Last month, the Maryland legislature proposed two new sets of legislation that will impact the solar industry in the state.
First, House Bill 1187 (HB1187) proposes that the Maryland Renewable Portfolio Standard (RPS) would bump up the state’s commitment to solar energy: instead of requiring a 2% solar energy contribution to the regional energy supply by 2022, the deadline would move up two years to 2020.
The interim percentage requirements would also be increased starting next year. For example, under the current legislation, the solar energy percentage requirement in 2016 was only 0.50%; under the new law, that would increase to 0.70%.
It’s important to note that the overall solar contribution to the state’s RPS would not change under this legislation.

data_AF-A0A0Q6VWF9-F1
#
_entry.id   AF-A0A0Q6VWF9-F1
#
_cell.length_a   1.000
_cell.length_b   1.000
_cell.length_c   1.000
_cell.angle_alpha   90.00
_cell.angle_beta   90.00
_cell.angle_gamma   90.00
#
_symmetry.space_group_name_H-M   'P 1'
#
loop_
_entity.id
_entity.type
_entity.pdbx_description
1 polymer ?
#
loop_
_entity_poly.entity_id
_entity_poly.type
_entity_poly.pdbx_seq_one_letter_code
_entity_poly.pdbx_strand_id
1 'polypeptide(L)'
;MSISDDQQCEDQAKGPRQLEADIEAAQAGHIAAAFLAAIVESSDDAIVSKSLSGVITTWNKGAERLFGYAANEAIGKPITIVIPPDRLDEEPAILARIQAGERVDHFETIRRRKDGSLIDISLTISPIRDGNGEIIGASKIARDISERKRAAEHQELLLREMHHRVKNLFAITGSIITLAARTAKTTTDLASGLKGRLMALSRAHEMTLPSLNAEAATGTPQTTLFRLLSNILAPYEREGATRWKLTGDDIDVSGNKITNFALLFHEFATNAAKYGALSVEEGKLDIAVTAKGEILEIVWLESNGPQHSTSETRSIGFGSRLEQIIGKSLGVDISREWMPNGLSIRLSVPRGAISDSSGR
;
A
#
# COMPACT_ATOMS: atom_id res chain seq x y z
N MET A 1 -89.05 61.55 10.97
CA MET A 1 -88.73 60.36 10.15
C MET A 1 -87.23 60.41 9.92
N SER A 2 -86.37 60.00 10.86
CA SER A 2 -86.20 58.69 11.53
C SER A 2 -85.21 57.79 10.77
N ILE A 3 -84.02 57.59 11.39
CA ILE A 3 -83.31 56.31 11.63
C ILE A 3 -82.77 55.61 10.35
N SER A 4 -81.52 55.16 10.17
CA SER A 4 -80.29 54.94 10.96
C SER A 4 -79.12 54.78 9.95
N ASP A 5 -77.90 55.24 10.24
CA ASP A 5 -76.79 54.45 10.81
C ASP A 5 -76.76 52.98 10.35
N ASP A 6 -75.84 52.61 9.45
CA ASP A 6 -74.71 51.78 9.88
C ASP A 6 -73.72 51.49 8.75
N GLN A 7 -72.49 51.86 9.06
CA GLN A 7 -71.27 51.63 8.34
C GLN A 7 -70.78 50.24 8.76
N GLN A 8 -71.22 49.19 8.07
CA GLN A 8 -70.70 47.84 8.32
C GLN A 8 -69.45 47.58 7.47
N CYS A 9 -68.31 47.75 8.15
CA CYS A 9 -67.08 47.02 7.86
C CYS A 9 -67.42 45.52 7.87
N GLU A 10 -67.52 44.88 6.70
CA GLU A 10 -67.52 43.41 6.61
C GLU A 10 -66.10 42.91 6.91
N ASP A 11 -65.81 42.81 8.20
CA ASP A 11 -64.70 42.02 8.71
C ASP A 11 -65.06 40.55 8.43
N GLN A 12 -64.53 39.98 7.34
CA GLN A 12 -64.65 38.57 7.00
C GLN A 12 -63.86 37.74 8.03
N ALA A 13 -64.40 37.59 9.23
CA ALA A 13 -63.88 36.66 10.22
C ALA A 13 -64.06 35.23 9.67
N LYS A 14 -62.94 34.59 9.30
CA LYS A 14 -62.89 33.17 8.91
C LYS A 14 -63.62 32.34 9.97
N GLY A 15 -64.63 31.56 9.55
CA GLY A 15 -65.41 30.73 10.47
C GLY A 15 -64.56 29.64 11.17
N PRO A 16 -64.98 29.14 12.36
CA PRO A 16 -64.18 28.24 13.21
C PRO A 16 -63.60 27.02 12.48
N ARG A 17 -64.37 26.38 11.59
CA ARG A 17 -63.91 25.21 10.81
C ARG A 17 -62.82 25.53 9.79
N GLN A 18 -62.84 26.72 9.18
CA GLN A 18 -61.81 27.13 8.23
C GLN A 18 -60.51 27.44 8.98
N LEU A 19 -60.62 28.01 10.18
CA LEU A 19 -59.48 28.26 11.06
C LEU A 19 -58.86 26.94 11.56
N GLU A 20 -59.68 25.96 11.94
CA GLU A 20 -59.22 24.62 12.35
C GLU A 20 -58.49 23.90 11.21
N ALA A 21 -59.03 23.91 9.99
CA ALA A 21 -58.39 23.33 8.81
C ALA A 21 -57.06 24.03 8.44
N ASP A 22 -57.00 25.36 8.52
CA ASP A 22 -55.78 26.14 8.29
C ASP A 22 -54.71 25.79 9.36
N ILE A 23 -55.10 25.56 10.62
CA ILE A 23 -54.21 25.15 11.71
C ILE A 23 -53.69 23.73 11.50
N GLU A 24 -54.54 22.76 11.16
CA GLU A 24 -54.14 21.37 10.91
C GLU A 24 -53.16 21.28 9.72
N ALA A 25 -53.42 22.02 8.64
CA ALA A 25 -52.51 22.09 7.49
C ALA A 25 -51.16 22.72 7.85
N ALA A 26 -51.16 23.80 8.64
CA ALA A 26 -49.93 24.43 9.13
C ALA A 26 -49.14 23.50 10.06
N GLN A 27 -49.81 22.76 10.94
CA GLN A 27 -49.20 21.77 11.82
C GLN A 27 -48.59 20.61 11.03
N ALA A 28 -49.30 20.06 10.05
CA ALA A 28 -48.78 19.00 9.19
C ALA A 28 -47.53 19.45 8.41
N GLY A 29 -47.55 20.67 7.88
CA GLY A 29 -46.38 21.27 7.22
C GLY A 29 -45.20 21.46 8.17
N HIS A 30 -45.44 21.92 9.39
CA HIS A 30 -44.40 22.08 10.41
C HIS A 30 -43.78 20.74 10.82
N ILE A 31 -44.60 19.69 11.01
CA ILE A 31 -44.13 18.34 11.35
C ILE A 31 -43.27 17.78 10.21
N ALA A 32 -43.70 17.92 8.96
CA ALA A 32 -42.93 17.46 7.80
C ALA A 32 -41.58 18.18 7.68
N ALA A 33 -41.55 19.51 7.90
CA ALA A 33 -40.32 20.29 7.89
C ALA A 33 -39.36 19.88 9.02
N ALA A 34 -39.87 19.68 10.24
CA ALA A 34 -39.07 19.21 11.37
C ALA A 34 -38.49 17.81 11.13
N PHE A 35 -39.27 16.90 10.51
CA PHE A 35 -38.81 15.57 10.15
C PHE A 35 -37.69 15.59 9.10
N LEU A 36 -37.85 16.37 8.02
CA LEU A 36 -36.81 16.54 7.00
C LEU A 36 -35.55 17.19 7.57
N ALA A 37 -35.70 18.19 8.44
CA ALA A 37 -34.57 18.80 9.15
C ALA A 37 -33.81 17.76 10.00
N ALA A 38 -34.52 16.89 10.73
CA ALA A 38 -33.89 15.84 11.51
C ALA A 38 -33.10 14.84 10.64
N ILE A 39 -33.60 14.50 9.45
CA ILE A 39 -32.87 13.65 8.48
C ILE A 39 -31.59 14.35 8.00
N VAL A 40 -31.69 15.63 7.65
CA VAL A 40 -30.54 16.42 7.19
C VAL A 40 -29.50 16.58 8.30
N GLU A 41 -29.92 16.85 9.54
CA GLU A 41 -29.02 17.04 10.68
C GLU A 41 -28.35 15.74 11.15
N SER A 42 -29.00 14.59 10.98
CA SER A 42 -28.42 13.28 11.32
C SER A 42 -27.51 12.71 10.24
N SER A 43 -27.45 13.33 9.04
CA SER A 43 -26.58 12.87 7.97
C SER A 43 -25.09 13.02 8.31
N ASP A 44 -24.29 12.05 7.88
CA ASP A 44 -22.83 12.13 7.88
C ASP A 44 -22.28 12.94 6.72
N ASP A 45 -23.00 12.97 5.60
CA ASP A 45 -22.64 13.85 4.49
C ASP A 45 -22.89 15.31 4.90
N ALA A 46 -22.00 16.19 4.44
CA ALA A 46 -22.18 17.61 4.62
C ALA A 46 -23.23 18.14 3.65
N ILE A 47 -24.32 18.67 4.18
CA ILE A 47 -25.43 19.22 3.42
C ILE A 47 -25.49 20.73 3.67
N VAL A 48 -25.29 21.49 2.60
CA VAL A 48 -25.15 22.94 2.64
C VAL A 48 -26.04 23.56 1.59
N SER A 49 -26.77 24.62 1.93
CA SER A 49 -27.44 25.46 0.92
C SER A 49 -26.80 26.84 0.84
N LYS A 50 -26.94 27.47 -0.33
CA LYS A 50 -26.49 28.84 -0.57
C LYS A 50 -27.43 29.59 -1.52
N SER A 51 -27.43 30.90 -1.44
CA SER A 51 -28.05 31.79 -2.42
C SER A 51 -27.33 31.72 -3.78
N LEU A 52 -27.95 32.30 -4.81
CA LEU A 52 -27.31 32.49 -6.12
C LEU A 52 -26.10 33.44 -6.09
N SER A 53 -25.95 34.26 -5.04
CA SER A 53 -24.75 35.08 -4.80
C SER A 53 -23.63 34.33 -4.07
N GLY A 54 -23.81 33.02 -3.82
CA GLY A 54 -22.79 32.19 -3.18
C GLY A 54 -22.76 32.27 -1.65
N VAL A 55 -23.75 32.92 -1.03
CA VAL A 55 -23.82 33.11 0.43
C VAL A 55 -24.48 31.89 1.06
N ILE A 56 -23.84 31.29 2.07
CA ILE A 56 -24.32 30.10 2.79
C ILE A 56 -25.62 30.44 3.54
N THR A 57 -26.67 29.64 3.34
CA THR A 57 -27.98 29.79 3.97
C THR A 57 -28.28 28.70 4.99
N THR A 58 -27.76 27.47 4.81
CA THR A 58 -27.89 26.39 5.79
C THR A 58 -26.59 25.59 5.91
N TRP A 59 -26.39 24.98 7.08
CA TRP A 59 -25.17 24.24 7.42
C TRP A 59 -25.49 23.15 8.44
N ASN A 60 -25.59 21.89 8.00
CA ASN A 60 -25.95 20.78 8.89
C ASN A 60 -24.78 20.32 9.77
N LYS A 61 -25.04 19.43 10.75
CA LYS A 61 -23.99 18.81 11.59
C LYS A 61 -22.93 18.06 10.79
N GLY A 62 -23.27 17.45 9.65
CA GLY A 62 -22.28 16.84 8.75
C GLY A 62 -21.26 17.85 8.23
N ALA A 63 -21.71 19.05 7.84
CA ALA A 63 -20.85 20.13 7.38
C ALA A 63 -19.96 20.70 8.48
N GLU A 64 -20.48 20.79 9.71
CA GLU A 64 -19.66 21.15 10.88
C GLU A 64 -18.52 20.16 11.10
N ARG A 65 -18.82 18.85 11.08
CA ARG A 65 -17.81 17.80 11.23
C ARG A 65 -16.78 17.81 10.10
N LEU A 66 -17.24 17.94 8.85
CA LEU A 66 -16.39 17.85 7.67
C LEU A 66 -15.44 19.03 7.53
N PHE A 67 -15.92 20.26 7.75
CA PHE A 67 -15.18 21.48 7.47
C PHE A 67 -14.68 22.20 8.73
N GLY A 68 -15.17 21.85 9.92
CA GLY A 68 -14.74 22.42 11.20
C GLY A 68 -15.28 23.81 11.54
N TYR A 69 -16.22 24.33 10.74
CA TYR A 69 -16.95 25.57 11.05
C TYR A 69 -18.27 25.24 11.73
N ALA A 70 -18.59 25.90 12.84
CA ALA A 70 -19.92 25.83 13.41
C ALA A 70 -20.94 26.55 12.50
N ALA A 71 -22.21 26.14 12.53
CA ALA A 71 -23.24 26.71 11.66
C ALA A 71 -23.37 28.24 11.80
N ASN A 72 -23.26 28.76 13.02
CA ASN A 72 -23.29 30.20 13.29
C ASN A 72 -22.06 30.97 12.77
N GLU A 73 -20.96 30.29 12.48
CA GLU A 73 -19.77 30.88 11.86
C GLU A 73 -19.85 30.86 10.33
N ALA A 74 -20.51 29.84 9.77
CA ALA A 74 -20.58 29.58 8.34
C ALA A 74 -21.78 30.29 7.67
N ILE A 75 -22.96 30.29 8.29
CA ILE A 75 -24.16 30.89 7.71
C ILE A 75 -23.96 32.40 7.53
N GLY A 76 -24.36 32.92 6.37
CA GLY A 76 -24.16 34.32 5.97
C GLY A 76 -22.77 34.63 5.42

But the amount of SRECs that would be required in the state over the next eight years would increase significantly. This could correlate to better SREC prices in the marketplace, although some large solar projects that will come online in the near future may have a substantial impact on Maryland’s SREC marketplace.
The House version of this bill was heard by the House Economic Matters committee at the end of March and was passed unanimously out of committee. It will go to a vote on the House floor and, if passed, then move to the Senate Finance Committee for further review. Only after these hurtles can the bill go on to its final step: being signed into law by Governor Martin O’Malley.
There are two new bills in the Maryland House and Senate that would create new guidelines and regulations in regards to investing, operating and participating in “community solar” arrangements.
These bills would outline who could qualify as a project owner as well as outlining how excess energy not used by the system’s participants would be credited or sold as wholesale electricity.